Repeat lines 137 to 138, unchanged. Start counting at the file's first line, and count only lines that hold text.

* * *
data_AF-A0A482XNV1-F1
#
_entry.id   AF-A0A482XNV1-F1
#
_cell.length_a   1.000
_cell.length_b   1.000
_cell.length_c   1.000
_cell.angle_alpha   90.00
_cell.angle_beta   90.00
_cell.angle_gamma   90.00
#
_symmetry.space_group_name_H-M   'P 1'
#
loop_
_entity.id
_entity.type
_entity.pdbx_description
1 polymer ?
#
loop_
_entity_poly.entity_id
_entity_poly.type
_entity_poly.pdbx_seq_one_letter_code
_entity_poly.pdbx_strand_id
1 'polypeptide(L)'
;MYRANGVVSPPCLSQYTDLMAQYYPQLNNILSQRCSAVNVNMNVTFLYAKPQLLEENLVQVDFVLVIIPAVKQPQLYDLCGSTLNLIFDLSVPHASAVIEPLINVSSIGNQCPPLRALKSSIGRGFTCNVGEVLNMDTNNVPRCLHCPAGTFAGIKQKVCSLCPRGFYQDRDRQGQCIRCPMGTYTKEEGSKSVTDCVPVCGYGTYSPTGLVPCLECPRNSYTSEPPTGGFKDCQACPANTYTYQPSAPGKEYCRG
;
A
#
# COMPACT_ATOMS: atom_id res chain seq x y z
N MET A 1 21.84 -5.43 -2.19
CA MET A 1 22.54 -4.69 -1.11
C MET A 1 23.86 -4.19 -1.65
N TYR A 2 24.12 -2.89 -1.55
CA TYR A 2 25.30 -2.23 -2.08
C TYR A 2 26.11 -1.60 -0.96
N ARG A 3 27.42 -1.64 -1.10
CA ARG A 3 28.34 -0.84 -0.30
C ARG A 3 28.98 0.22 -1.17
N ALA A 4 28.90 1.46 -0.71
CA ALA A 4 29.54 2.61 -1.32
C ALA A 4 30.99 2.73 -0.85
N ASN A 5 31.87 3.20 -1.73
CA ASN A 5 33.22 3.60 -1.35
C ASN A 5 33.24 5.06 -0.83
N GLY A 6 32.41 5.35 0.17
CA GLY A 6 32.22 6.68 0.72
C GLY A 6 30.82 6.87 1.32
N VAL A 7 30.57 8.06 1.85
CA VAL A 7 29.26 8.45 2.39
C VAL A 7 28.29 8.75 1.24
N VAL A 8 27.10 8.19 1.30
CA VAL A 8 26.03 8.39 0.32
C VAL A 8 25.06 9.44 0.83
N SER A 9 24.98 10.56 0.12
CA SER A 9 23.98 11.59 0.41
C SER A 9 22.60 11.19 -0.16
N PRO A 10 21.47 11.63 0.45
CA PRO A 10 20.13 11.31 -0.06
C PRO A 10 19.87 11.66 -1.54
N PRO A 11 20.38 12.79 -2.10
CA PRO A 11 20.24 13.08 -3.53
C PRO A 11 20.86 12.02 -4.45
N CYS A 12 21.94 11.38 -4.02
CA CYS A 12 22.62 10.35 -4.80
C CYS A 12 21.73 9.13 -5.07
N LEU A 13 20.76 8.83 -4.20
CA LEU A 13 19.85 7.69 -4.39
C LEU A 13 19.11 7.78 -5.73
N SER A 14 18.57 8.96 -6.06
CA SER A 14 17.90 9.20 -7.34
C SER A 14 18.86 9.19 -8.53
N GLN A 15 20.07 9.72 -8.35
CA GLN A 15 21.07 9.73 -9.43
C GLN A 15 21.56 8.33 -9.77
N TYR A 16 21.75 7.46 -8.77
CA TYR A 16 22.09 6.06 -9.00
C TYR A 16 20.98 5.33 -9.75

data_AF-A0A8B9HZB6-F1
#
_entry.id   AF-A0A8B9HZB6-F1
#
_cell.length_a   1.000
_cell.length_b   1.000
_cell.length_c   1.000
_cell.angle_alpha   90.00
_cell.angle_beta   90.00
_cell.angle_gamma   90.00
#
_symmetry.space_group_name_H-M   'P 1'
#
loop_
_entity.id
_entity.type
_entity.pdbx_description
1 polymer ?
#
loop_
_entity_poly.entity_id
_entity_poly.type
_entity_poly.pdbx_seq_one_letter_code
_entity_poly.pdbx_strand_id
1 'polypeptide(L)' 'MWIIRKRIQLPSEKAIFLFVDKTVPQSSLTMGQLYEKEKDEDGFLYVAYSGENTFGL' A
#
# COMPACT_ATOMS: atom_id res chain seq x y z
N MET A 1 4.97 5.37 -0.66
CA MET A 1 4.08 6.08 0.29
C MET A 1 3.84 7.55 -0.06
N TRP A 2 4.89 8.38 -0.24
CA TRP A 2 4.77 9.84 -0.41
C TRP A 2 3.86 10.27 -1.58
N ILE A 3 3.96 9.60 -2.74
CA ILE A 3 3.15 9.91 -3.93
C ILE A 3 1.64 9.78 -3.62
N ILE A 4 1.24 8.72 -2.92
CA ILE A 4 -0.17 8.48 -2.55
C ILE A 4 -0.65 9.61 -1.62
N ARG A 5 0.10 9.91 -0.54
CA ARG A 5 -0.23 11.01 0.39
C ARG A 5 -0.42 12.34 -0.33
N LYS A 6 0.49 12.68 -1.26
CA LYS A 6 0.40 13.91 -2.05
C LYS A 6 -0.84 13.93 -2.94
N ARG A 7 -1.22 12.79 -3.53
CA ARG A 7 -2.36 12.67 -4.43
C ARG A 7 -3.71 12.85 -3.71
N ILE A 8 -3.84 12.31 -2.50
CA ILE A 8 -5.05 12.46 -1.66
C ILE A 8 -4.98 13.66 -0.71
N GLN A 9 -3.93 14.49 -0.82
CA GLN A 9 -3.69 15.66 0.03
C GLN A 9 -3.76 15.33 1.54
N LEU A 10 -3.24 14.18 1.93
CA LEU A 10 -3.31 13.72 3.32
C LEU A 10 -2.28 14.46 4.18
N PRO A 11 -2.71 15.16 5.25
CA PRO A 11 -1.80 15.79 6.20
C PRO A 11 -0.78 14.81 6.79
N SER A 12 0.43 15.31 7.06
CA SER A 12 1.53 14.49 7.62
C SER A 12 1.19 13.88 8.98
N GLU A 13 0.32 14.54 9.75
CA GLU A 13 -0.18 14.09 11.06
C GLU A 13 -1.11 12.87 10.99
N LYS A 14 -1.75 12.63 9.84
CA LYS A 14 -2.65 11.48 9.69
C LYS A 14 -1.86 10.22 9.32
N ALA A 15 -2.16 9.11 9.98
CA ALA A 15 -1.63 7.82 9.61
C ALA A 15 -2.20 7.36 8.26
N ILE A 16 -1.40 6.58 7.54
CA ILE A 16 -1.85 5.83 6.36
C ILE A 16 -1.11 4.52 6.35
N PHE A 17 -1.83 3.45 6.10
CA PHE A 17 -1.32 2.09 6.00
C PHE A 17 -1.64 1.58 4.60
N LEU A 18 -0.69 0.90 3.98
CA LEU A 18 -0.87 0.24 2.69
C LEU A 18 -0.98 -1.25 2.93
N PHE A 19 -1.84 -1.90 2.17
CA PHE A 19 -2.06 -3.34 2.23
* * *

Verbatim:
CA PRO A 11 -1.80 15.79 6.20
C PRO A 11 -0.78 14.81 6.79